“Ice and Land” Bracket: Where the Dunes End (#8) vs. Retreat of the Columbia Glacier (#6)
Since its launch on the web in April 1999, NASA Earth Observatory has published more than 15,500 image-driven stories about our planet. In celebration of our 20th anniversary — as well as the 50th anniversary of Earth Day — we want you to help us choose our all-time best image.
For now, we need you to help us brainstorm: what images or stories would you nominate as the best in the Earth Observatory collection? Do you go for the most beautiful and iconic view of our home? the most newsworthy? the most scientifically important? the most inspiring?
Search our site and then post the URLs of your favorite Earth images in the comments section below. Please send your ideas by March 17.
In late March 2020, we will include some of your selections in Tournament Earth, a head-to-head contest to vote for the best of the best from our archives. Each week, readers will pick from pairs of images as we narrow down the field from 32 nominees to one champion.
The all-time best Earth Observatory image will be announced on April 29, 2020, the end of our anniversary year.
If you want some inspiration as you begin your search, take a look at the galleries listed below. Or use our search tool (top left) to find your favorite places, images, and events.
The images were acquired by the Earth Polychromatic Imaging Camera (EPIC) on the DSCOVR satellite, which orbits about 1.6 million kilometers (1 million miles) from Earth. EPIC maintains a constant view of the fully illuminated Earth as it rotates. About twice a year the camera captures images of the Moon and Earth together as the orbit of DSCOVR crosses the orbital plane of the Moon.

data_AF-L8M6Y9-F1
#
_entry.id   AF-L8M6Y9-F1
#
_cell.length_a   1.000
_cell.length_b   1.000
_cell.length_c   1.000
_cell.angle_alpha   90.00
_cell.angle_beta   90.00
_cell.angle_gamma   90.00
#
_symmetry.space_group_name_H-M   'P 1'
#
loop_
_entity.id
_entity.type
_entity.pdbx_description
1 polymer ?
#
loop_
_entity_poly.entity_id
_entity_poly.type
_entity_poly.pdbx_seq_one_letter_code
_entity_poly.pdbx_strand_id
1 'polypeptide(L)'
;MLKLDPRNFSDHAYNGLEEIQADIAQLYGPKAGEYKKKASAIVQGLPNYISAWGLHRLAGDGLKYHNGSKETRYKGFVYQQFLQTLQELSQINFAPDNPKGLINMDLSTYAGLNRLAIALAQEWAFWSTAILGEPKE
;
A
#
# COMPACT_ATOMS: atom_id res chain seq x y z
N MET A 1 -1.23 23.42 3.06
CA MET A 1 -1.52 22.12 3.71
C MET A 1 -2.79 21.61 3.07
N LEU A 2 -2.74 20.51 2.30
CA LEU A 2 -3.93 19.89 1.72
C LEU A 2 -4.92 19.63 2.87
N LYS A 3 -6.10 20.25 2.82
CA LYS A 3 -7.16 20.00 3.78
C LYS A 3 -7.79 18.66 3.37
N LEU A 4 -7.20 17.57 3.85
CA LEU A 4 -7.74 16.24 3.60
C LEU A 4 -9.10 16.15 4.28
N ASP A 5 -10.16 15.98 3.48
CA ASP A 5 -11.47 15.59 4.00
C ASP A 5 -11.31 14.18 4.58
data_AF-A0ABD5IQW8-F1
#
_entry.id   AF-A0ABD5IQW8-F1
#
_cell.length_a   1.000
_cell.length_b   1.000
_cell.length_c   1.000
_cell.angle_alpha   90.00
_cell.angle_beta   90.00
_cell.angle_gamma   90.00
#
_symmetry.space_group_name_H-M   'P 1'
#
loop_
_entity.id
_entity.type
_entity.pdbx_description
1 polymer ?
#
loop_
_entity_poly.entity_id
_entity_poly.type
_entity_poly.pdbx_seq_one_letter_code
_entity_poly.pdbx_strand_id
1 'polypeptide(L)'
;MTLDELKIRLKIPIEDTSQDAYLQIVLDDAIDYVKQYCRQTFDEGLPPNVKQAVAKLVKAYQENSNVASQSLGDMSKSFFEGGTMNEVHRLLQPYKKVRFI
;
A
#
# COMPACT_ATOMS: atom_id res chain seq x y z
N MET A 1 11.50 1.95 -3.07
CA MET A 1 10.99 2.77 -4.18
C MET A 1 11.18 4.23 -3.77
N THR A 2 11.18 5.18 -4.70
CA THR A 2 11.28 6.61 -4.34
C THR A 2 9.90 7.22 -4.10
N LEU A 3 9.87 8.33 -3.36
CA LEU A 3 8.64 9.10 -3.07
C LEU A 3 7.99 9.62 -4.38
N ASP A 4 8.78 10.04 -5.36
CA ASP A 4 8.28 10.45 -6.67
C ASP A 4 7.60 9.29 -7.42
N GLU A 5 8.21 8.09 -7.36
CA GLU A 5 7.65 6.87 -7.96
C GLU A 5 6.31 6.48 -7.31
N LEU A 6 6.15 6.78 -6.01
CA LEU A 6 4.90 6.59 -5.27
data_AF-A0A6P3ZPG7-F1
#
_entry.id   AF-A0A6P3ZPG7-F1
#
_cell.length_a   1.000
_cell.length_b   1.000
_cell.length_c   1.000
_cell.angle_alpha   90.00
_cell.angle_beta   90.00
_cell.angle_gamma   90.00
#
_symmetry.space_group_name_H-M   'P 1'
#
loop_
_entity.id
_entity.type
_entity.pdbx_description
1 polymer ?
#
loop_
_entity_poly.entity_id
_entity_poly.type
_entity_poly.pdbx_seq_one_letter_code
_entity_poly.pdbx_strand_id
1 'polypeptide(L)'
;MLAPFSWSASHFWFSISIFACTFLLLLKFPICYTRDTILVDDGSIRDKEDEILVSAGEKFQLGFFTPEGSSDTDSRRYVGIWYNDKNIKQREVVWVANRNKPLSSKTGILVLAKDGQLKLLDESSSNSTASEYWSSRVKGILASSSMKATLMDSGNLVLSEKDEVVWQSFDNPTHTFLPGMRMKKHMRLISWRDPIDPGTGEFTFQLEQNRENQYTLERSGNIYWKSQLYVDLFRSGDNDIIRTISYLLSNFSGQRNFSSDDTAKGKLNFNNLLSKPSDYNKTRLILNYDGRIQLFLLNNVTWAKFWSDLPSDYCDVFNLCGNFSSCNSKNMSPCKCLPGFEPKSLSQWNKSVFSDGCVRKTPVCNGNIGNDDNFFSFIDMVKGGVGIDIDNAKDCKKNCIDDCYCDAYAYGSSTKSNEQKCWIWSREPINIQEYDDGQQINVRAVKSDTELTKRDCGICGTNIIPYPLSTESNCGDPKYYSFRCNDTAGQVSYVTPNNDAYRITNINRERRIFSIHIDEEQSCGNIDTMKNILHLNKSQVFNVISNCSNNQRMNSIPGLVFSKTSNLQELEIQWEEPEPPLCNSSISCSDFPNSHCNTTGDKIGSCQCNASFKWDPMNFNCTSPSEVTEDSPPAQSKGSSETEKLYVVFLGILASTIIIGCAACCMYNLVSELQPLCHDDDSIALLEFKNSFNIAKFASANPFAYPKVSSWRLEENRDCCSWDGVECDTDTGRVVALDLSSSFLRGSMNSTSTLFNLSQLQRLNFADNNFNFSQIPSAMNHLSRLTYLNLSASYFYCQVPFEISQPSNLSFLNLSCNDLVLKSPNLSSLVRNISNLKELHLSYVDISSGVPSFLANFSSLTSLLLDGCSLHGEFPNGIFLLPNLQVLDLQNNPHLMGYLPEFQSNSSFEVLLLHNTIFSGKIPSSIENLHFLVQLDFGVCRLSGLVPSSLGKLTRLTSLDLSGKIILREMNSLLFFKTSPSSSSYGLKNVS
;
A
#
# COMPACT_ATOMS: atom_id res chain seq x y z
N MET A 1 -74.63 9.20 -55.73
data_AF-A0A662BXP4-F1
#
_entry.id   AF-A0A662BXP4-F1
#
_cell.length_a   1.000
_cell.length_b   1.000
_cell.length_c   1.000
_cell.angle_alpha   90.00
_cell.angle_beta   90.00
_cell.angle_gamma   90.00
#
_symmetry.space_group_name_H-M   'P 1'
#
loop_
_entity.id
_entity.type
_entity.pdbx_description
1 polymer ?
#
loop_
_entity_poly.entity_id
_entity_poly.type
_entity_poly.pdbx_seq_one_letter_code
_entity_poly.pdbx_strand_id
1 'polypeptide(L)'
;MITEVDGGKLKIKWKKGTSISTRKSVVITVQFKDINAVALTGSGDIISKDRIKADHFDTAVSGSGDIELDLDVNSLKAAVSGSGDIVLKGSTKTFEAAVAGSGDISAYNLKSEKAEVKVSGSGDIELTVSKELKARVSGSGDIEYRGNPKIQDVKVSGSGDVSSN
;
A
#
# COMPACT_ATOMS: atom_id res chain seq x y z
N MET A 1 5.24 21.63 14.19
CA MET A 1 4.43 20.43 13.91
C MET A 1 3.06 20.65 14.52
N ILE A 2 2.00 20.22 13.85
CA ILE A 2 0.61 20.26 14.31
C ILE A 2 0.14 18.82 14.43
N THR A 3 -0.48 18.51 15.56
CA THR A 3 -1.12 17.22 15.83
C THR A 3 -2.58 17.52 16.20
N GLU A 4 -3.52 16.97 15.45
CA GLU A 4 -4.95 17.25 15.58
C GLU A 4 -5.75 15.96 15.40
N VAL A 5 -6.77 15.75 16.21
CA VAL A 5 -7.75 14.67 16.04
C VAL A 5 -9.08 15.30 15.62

While we aren’t aware of any homecoming parades to honor the 2016 champion, watching the video above (or listening to all of Pink Floyd’s Dark Side of the Moon) seems like a fitting way to celebrate. The images in the movie below were taken over the course of five hours on July 16, 2015. The North Pole is toward the upper left, reflecting the orbital tilt of Earth from the vantage point of the spacecraft. The far side of the Moon was first observed in 1959, when the Soviet Luna 3 spacecraft returned the first images. Since then, several missions by NASA and other space agencies have imaged the lunar far side.